The words carried significance for reasons beyond Shaquille O’Neal’s stature as a former NBA star as well as a Black man. O’Neal’s perspective on how police and local communities can improve relationships also stems from growing up in a law enforcement family.
“There definitely needs to be reform – reforming some of the laws, reforming some of the tactics and reforming policing itself,” O’Neal told USA TODAY Sports. “Once you recognize the change and put people in place that can make those changes, it could be a whole different world. I don’t think what happened in the 1960’s is going to fly with the youngsters these days. So sometimes you have to use a little bit of police reform.”
O’Neal admitted he does not have all the answers. Still, there have been ongoing protests this year regarding the killings or shootings involving unarmed Black people, including George Floyd, Breonna Taylor and Jacob Blake. So O’Neal wants to become part of the solution with mending fences.
That partly explains why O’Neal and his foundation have partnered with Pepsi for its “Pepsi Stronger Together” initiative, a nationwide project that will take place in various NBA markets that will involve local charities and law enforcement. The dates are not yet finalized, but Pepsi has committed to events in Orlando (sometime in November), Miami, Washington D.C. and Memphis. Derek Lewis, president of Pepsi's South Division, added it plans to lock in other commitments in 2021 and that “each city will have its own tailored initiative.”
In Orlando, Pepsi, the Magic and the Change the Game Foundation will host a series of conversations with community leaders, city youth, the Orlando Police Department and the Orange County Sheriff’s Office. In Miami, Pepsi plans to donate $10,000 to Heat police training programs.
In Washington D.C., high school students will meet with Wizards players, celebrities, the D.C. Metro Police Department and the Close the Gap Foundation to talk about issues involving voting, racial injustice, education and mentorship. In Memphis, the Grizzlies and Pepsi will oversee a six- to seven-week basketball program “focused on building bridges between youth and law enforcement.”
“The first thing we need is conversations. When I was growing up, there was something called ‘neighborhood policing.’ We don’t really have that anymore,” O’Neal said. “Everybody in the neighborhood knew everybody in the neighborhood. It starts there. Then there’s respect. Then there’s communication. Even though things seem to be way out of control and spiraling downward, we can plug in some easy to-dos and things will start to get better.”
O’Neal has that perspective after growing up with two uncles that worked as police officers in Newark, New Jersey. He has worked in reserve police roles in Miami Beach and Golden Beach. And he was sworn in last year as an auxiliary deputy with the Broward County Sheriff’s office to help with community work.
So considering that O’Neal has had an endorsement deal with Pepsi since his NBA rookie season (1992-93), company spokesperson Elisa Baker approached O’Neal about participating in this initiative earlier this month. Pepsi had launched “Pepsi Stronger Together” in May, which entailed providing supplies to front-line workers and donating meals.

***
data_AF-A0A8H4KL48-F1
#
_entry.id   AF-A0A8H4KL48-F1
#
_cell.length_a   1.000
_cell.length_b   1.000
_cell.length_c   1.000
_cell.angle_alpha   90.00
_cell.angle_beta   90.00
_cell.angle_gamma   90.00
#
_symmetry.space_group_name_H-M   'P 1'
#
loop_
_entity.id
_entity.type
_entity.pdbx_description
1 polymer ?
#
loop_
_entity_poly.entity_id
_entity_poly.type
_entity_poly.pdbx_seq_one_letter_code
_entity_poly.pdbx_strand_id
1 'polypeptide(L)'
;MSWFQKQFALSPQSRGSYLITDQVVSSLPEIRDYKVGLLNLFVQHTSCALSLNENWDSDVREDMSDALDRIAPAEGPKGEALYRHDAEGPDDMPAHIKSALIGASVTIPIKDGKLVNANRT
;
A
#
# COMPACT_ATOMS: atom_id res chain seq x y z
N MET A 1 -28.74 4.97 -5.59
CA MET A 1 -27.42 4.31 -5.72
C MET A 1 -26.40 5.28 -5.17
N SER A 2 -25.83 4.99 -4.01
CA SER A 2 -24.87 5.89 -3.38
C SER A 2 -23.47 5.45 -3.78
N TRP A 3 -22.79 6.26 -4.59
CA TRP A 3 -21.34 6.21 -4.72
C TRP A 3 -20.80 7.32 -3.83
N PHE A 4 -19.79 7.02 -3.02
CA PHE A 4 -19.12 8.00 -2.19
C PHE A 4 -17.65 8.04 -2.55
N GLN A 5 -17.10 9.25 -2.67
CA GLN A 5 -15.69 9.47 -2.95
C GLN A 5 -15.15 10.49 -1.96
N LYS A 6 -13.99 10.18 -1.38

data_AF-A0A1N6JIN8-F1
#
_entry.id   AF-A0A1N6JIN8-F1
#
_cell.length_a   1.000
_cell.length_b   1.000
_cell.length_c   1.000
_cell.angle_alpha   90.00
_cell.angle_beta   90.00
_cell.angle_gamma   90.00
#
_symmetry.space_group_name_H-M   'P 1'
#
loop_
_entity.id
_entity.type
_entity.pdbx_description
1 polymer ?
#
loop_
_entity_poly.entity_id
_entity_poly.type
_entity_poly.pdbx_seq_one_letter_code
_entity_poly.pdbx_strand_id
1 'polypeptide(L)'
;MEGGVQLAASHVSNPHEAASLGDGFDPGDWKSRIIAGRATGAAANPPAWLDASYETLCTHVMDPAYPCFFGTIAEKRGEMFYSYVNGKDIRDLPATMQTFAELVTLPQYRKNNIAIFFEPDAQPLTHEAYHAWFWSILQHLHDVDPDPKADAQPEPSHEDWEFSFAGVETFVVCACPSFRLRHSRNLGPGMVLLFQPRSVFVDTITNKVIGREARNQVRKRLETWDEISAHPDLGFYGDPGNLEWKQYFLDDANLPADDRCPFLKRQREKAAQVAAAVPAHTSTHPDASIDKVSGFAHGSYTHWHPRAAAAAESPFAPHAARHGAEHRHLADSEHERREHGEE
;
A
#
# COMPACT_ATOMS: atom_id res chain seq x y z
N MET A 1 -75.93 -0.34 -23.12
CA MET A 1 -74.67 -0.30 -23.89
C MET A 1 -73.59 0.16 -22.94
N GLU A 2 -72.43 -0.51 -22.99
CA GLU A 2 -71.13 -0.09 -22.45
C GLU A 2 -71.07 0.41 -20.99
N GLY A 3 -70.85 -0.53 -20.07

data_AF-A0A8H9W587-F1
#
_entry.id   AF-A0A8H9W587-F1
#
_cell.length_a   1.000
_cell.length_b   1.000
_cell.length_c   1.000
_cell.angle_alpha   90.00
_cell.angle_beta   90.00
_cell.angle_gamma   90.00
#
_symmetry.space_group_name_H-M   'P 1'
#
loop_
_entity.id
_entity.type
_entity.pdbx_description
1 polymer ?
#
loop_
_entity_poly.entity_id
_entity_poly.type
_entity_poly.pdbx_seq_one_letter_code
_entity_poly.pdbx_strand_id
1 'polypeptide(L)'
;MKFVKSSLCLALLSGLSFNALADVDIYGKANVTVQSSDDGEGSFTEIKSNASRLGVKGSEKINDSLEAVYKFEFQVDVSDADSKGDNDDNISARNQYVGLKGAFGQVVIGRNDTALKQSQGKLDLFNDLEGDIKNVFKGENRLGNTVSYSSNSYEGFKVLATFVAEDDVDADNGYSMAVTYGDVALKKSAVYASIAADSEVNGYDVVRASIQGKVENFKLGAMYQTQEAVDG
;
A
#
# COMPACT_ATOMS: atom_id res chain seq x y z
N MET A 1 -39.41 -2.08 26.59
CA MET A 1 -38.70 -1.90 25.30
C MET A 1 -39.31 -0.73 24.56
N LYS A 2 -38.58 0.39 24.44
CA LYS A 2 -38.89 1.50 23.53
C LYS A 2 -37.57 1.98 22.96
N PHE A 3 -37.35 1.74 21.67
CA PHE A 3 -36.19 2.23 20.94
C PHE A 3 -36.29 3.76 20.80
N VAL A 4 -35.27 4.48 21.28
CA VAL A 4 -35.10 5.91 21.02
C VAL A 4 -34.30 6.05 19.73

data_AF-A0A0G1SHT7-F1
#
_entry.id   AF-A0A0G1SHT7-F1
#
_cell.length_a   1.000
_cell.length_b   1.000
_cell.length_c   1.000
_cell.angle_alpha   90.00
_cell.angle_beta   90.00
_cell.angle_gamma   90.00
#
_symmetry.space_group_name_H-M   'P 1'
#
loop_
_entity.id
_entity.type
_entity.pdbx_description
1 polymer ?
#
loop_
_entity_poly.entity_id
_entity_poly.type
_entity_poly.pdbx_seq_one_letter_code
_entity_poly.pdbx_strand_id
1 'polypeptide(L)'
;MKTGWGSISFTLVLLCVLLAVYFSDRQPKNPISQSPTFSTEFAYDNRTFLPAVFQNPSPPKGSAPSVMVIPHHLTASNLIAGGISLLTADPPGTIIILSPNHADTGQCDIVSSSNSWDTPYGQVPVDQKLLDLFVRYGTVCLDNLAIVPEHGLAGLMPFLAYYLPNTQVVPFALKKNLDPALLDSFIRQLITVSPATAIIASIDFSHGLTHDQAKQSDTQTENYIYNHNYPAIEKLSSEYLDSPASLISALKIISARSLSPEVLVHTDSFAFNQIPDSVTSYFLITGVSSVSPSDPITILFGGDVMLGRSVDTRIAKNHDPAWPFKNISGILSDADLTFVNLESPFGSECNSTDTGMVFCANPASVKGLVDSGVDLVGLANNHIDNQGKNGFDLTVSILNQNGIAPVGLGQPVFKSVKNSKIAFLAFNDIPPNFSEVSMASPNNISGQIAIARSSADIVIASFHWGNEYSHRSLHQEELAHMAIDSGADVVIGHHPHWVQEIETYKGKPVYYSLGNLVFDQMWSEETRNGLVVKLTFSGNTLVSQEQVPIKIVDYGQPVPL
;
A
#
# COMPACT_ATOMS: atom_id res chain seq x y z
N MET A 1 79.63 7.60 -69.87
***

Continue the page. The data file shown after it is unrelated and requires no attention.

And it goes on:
“The first thing you recognize when you sit down with Shaq is he cares about everyone. So in his mind, there is no one left behind,” Lewis said. “Because of his connection with law enforcement, his connection with sports and his connection with the grass-roots communities, he’s involved with everything. He is an absolute perfect catalyst with partnering with our organization.”
O’Neal plans to attend the event in Orlando, and will be involved in the other events virtually. He also plans to become involved with the additional events depending on his schedule that includes NBA analyst duties with TNT. The initiatives will go beyond the programs between police and local communities.
In Orlando, Pepsi, the Magic and the Close the Gap Foundation will also provide de-escalation and self-defense training courses with counselors at Harbor House of Central Florida, which works with domestic abuse survivors and their children. They also plan to provide outdoor basketball courts at the Harbor House facility.
In Miami, Pepsi and the Heat plan to auction off prizes, including tickets and team memorabilia and will donate funds to support minority-run restaurants and provide families with meals during the holidays.
In Washington DC, Pepsi and the Wizards plan to refurbish basketball facilities at the Navy Yard as well as work with local artists to paint murals on some of the courts. In Memphis, Pepsi, the Grizzlies Foundation and local HBCUs will oversee an eight-week mentorship program that will pair college students with high schoolers. Those partners plan to give participating college students paid internships.
“I don’t want to answer that like I have all the answers. But I know that in the communities where I live at where Pepsi and myself are doing, it’ll help,” O’Neal said. “It’s not the all-in, all cure. But it’s helping. Before you build a high rise, you got to build a foundation. You got to build the first floor and the second floor. So this is going to take time. But with what Pepsi and I do, hopefully this is a blueprint for other big Fortune 500 companies to follow.”
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